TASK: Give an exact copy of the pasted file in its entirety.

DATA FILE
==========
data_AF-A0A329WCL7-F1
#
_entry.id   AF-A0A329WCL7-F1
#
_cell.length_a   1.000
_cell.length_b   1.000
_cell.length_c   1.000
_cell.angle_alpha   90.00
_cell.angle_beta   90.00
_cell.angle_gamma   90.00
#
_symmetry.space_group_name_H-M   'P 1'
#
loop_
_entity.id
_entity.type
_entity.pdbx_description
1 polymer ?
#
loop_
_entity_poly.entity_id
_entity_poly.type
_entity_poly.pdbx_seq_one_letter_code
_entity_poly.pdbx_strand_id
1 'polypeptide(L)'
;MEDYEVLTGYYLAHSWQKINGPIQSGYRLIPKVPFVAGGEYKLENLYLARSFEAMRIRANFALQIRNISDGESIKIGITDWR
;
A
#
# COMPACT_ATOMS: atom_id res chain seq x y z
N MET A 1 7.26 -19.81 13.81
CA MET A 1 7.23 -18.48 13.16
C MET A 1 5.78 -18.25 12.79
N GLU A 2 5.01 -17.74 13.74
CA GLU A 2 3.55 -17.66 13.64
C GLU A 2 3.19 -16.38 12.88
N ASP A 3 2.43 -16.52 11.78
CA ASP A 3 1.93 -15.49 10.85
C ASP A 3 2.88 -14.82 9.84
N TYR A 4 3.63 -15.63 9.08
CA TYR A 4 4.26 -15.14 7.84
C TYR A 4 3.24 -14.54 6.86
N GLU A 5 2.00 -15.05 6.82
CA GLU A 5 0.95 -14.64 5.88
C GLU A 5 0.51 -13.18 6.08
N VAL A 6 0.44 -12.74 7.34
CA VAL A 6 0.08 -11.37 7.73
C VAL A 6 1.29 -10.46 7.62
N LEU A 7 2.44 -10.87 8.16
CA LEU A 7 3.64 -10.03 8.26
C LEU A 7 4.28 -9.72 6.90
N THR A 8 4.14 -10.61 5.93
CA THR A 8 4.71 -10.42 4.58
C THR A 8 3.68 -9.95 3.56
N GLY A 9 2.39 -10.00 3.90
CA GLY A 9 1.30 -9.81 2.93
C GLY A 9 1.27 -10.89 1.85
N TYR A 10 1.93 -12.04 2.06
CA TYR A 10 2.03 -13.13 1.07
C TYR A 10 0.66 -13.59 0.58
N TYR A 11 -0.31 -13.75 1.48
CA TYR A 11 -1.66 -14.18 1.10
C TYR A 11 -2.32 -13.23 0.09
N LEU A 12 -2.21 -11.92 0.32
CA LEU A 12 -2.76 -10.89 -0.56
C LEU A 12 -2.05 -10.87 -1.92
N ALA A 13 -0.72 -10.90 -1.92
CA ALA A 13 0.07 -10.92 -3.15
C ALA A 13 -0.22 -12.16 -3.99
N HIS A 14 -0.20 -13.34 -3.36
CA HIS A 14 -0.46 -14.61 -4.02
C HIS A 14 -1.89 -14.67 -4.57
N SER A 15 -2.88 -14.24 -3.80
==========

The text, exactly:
data_AF-A0A329WCL7-F1
#
_entry.id   AF-A0A329WCL7-F1
#
_cell.length_a   1.000
_cell.length_b   1.000
_cell.length_c   1.000
_cell.angle_alpha   90.00
_cell.angle_beta   90.00
_cell.angle_gamma   90.00
#
_symmetry.space_group_name_H-M   'P 1'
#
loop_
_entity.id
_entity.type
_entity.pdbx_description
1 polymer ?
#
loop_
_entity_poly.entity_id
_entity_poly.type
_entity_poly.pdbx_seq_one_letter_code
_entity_poly.pdbx_strand_id
1 'polypeptide(L)'
;MEDYEVLTGYYLAHSWQKINGPIQSGYRLIPKVPFVAGGEYKLENLYLARSFEAMRIRANFALQIRNISDGESIKIGITDWR
;
A
#
# COMPACT_ATOMS: atom_id res chain seq x y z
N MET A 1 7.26 -19.81 13.81
CA MET A 1 7.23 -18.48 13.16
C MET A 1 5.78 -18.25 12.79
N GLU A 2 5.01 -17.74 13.74
CA GLU A 2 3.55 -17.66 13.64
C GLU A 2 3.19 -16.38 12.88
N ASP A 3 2.43 -16.52 11.78
CA ASP A 3 1.93 -15.49 10.85
C ASP A 3 2.88 -14.82 9.84
N TYR A 4 3.63 -15.63 9.08
CA TYR A 4 4.26 -15.14 7.84
C TYR A 4 3.24 -14.54 6.86
N GLU A 5 2.00 -15.05 6.82
CA GLU A 5 0.95 -14.64 5.88
C GLU A 5 0.51 -13.18 6.08
N VAL A 6 0.44 -12.74 7.34
CA VAL A 6 0.08 -11.37 7.73
C VAL A 6 1.29 -10.46 7.62
N LEU A 7 2.44 -10.87 8.16
CA LEU A 7 3.64 -10.03 8.26
C LEU A 7 4.28 -9.72 6.90
N THR A 8 4.14 -10.61 5.93
CA THR A 8 4.71 -10.42 4.58
C THR A 8 3.68 -9.95 3.56
N GLY A 9 2.39 -10.00 3.90
CA GLY A 9 1.30 -9.81 2.93
C GLY A 9 1.27 -10.89 1.85
N TYR A 10 1.93 -12.04 2.06
CA TYR A 10 2.03 -13.13 1.07
C TYR A 10 0.66 -13.59 0.58
N TYR A 11 -0.31 -13.75 1.48
CA TYR A 11 -1.66 -14.18 1.10
C TYR A 11 -2.32 -13.23 0.09
N LEU A 12 -2.21 -11.92 0.32
CA LEU A 12 -2.76 -10.89 -0.56
C LEU A 12 -2.05 -10.87 -1.92
N ALA A 13 -0.72 -10.90 -1.92
CA ALA A 13 0.07 -10.92 -3.15
C ALA A 13 -0.22 -12.16 -3.99
N HIS A 14 -0.20 -13.34 -3.36
CA HIS A 14 -0.46 -14.61 -4.02
C HIS A 14 -1.89 -14.67 -4.57
N SER A 15 -2.88 -14.24 -3.80